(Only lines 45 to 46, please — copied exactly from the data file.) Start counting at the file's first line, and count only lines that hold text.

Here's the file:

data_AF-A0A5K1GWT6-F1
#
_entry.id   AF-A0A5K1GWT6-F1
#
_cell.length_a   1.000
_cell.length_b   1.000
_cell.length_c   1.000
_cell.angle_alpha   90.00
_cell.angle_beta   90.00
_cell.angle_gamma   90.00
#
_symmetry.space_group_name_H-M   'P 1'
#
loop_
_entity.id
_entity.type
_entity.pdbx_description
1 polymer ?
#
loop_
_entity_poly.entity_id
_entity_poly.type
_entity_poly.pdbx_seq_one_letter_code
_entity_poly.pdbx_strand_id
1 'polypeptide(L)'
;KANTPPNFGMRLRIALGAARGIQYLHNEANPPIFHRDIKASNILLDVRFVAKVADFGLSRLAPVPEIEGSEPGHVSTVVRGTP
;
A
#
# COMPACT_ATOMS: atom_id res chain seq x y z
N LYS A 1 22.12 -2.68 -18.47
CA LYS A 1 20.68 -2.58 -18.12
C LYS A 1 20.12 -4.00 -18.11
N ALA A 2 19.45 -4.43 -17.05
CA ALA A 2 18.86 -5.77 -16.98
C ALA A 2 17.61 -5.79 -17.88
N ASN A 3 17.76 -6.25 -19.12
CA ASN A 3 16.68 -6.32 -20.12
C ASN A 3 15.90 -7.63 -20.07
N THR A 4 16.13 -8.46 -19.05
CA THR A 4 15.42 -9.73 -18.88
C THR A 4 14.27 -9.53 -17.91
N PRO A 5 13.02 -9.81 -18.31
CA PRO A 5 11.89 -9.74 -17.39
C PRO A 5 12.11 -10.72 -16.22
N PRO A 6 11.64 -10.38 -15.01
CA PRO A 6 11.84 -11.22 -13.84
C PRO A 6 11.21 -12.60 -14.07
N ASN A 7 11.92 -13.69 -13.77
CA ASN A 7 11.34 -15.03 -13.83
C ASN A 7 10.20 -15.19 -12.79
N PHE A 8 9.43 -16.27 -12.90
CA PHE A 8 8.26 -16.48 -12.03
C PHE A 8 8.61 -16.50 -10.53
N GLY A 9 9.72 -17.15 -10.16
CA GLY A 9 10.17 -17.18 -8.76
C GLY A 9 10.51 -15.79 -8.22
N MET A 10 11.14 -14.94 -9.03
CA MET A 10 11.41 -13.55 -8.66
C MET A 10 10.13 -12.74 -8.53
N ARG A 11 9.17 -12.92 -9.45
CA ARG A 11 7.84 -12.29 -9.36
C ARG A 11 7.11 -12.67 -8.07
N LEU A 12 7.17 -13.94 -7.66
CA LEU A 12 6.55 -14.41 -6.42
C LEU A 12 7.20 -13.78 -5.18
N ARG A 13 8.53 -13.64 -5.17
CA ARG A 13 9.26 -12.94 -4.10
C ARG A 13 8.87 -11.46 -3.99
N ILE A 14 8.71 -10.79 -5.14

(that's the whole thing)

C PRO A 5 12.11 -10.72 -16.22
N PRO A 6 11.64 -10.38 -15.01